The countdown continues with the player who may have as much to prove as anyone on the team – Abdul Gaddy.
January 4, 2011 changed everything. It started as a normal day for the 6 foot 3, 185-pound point guard. Nearing the end of Washington’s practice, he cut to the rim around a defender for a layup like he’s done a thousand times. This time his left knee buckled and nothing would be the same after that.
He tore his anterior cruciate ligament and underwent season-ending surgery 10 days later.
Maybe one day the injury will be a side note in Gaddy’s resume. But this year, the biggest question for him and one of the concerns for the Huskies is whether the junior co-captain can pick up where he left off and fulfill the promise of high expectations.
Few recruits arrived on Montlake with more accolades. Gaddy, who had originally committed to Arizona, was a five-star prospect and a McDonald’s and Parade Magazine All-American. He was rated the second best point guard in high school behind John Wall and ahead of Eric Bledsoe, who was third on the list.
As a 17-year-old freshman and the youngest player in college basketball, Gaddy struggled to find his footing. He started 29 games and averaged just 3.9 points and 2.3 assists. He shot 41.7 percent from the field and converted 3 of 20 three-pointers (15.0 percent).
Gaddy brushed off the slow start as a learning experience and vowed to improve the next season. He returned as a sophomore with more confidence and averaged 11.7 points in the first three games. Gaddy also become a better playmaker, who took care of the ball. Before his injury, he led the Pac-10 with a 3.1 assist-to-turnover ratio. He also improved his three-point shooting to 41.0 percent.
Gaddy scored a career-high 17 points against Long Beach State, when he converted three three-pointers. Still his best game might have been a 12-point, six-assists performance against Virginia in the Maui Invitational.
For a local prodigy entering their third year, there’s so much UW fans don’t know about his game. He’s a pass-first guard, who seems to thrive in the half court setting. He found success offensively with a running floater in the lane and was able to convert open jumpers. Admittedly he can improve running the pick-n-roll and staying in front of smaller, quicker point guards.
Before the injury, Gaddy was mired in a 3-for-17 shooting slump over a three-game stretch and no one knows if it was a glitch or something more. He worked on his perimeter shooting in the offseason. At one point, he was shooting as many as 1,600 shots per day and was intent on making 18,000 attempts before the start of the season.
“It was a confidence builder,” he said.
Nine months after the injury, Gaddy was cleared to play Sept. 7.
“Probably happiest day of my life!” he wrote on Twitter.
Gaddy hopes to resume a UW career that began slowly but was picking up momentum before the injury. He’s started his past 41 games and 42 overall. It remains to be seen whether he’ll remain in the starting lineup, but Gaddy will play a major role in Washington’s season.
Here’s a transcript of a recent interview with Gaddy.
(Are you better or as good as you were last year?) “I feel like I’m better.”
(How is that possible if you’ve taken off so much time?) “I’m older and wiser. I feel quicker. Coach has told me I look quicker out there. I just feel more confident. I just know the game more. I feel like I’m more of a vet in the game. I think that’s helping me a lot.”
(Are you tired of the injury questions?) “A little bit, but in the back of my head I know it comes with the territory so it’s kind of like I’m prepared to answer them.”
(Okay then, I’ll ask just a few. Whatever is amazed about with your recovery is you didn’t need a brace when you returned and you didn’t have to slowly get back to full speed. Once you were cleared to play, it was as if you never left. Are you naturally a quick healer?) “I don’t even know. I never had an injury severe like this so severe like this so I really don’t know. I just feel like it was a blessing and I contribute everything to our trainer Pat Jenkins. I asked him before am I going to need a brace. I asked him early before I had surgery and he said you won’t if you rehab it hard enough and we train without it. And that’s what we did. The knee became more stable than the other one. I think he helped me rehab really good.”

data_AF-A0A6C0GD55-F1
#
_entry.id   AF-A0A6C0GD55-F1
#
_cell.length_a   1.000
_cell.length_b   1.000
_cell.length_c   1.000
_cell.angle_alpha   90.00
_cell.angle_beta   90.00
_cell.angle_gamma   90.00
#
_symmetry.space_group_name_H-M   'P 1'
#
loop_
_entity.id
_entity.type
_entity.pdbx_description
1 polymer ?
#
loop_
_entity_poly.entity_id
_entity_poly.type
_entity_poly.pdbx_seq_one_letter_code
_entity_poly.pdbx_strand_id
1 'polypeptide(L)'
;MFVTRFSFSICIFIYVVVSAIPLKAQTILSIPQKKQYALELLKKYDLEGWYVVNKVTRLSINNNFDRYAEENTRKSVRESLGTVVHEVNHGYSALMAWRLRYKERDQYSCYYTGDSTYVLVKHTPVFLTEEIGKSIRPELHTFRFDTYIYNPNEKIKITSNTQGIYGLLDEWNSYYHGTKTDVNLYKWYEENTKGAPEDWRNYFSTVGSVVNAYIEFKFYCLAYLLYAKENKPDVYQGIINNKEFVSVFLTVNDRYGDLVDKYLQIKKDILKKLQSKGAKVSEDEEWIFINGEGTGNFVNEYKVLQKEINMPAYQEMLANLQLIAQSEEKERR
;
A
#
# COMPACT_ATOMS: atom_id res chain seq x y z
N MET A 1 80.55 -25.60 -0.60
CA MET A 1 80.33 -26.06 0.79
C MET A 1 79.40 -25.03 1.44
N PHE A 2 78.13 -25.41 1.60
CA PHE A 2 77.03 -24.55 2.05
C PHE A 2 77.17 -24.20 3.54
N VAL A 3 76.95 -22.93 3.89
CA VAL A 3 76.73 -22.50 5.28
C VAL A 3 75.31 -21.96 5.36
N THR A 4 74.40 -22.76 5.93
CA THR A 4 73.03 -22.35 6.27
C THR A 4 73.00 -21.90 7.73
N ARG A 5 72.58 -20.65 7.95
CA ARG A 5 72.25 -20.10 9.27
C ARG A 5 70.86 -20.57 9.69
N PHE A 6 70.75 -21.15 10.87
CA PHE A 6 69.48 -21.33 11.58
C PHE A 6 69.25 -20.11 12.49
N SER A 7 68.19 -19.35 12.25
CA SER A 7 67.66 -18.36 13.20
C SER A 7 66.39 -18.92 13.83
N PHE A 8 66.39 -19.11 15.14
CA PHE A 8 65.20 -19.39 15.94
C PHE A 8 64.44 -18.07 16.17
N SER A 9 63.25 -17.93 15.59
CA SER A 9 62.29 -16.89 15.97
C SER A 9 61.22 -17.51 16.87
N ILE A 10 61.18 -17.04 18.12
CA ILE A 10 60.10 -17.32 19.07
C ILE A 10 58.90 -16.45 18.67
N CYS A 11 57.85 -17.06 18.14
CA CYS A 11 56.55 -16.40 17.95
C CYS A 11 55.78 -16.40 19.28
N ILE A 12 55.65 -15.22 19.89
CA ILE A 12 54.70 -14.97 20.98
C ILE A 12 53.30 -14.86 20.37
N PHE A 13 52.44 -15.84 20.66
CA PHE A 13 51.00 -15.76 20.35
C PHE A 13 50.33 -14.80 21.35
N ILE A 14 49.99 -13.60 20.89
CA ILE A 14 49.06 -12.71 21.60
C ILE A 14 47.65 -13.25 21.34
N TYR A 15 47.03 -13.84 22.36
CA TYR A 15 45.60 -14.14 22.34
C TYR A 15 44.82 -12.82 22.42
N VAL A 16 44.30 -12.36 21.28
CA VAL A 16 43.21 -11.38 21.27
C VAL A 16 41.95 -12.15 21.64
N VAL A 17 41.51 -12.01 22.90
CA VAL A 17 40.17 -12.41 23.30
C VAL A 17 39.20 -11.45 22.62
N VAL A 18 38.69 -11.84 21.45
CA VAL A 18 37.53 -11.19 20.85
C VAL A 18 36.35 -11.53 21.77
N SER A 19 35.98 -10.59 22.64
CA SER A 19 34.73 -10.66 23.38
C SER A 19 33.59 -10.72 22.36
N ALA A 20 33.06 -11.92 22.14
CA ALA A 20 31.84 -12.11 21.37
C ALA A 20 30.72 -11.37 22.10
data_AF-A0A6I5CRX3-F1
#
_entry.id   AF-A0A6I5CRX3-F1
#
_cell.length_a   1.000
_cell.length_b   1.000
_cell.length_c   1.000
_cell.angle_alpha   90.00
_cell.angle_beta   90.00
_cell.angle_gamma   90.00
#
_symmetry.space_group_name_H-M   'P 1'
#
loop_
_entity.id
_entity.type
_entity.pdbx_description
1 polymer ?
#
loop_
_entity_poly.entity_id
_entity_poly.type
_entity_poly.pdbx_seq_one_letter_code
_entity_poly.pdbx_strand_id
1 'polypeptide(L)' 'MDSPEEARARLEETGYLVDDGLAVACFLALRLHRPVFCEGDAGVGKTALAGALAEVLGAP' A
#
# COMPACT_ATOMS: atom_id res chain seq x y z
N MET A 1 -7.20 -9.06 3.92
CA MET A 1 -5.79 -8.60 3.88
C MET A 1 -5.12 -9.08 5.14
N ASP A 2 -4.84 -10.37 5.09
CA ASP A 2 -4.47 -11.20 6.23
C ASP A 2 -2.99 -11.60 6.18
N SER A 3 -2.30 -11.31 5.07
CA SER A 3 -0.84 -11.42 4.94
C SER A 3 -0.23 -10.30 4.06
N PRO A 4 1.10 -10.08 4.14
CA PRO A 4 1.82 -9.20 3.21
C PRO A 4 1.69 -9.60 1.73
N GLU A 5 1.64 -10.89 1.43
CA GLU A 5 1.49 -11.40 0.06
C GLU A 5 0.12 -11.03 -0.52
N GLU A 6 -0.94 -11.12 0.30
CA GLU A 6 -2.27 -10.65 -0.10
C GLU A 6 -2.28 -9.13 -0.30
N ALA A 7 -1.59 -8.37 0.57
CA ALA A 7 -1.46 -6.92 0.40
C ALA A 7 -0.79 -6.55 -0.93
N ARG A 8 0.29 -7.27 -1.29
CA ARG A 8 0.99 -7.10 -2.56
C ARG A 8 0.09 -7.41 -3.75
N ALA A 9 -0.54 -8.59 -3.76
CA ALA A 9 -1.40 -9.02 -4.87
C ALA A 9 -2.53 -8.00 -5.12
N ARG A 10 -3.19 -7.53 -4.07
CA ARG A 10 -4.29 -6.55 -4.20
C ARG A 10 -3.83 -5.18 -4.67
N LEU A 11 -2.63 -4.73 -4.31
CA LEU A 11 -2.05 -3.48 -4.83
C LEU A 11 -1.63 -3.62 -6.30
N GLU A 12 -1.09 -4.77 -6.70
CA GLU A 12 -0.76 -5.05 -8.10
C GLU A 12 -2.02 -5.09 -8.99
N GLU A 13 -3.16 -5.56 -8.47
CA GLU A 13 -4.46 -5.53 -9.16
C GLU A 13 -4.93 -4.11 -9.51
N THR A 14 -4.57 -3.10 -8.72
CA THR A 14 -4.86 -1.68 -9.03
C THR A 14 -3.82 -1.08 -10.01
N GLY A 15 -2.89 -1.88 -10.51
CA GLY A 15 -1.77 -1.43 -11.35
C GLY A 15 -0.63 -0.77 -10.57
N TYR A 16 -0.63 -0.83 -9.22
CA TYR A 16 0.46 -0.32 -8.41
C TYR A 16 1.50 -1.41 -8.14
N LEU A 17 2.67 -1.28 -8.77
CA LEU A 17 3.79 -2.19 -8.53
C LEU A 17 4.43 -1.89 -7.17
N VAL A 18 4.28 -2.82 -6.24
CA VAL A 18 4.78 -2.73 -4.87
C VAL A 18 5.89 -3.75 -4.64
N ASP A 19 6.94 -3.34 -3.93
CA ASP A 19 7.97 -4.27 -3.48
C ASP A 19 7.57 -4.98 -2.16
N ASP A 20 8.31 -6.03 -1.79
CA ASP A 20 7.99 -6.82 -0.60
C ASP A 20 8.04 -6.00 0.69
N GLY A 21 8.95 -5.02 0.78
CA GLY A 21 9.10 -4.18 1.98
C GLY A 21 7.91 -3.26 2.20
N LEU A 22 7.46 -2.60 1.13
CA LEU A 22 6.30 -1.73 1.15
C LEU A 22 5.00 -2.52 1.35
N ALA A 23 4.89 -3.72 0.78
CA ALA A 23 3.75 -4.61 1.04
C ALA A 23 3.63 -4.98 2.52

(You saw other guys like Desmond Simmons and Aziz N’Diaye have to deal with the brace and not be able to practice fully. Were you concerned you might have to do the same thing?) “Yeah. They all talked about it. They said you may have a little of this and that. You may have some swelling. But in the back of my mind I was like I don’t want to sit out or nothing. Maybe that’s because it’s the competitor in me. That no matter what, when I came back I still want to be a starter. I still want to pick up where I left off. I didn’t want to have no setback at all. That’s just me being a competitor. Me being like man I’m not going to let anything stop me unless I truly had to sit down. Unless the trainer was like alright you got to hold back a little bit. You got a little bit of this so just wait. But I haven’t had any of that. So I’ve been trying to push myself as hard as I can in practice to get better and I’ve been doing well.”
(I saw a tweet of yours this summer about making a crazy amount of jump shots. How many was that?) “Eighteen thousand.”
(Eighteen thousand?) “In 22 days.”
(Why?) “It was mostly a thing just for the fans to see, but also because I was shooting a lot with Isaiah (Thomas) and like in 3-4 days I was getting a thousand shots a day. More than a thousand shots a day. And makes. So that means I was shooting 1,600 or 1,700. It seemed like it was an every day thing and it was normal. I was having fun with it. It was a competition and we were competing against each other. I just wanted to keep going so I just kept doing it like every day.”
(That’s a lot of shots.) “It’s a lot of shot, but it was mostly just for confidence. I know that I can make a lot of shots now. So that when I’m wide open, if I miss I know that I’m going to make the next one. It’s just a confidence builder. And I think those shots have helped me shoot the ball in practice so far.”
(There were times I thought you were pushing yourself too hard. I asked Romar about it and he said he’d rather have a player push himself too hard than not hard enough. You ever think that?) “I’ve actually thought about. Sometimes I’ll be like man maybe I am pushing myself too hard. Sometimes we’ll have practice all week and we’ll take a day off and coach will ask did you take the day off or did you come in and shoot. And I’ll say yeah I came in and shot. He’s like well sometimes the body does need rest. And I’m like yeah you’re right. But I just take the whole mentality that if I’m not in the gym, somebody else is. I really believe that. I just like to be in the gym.”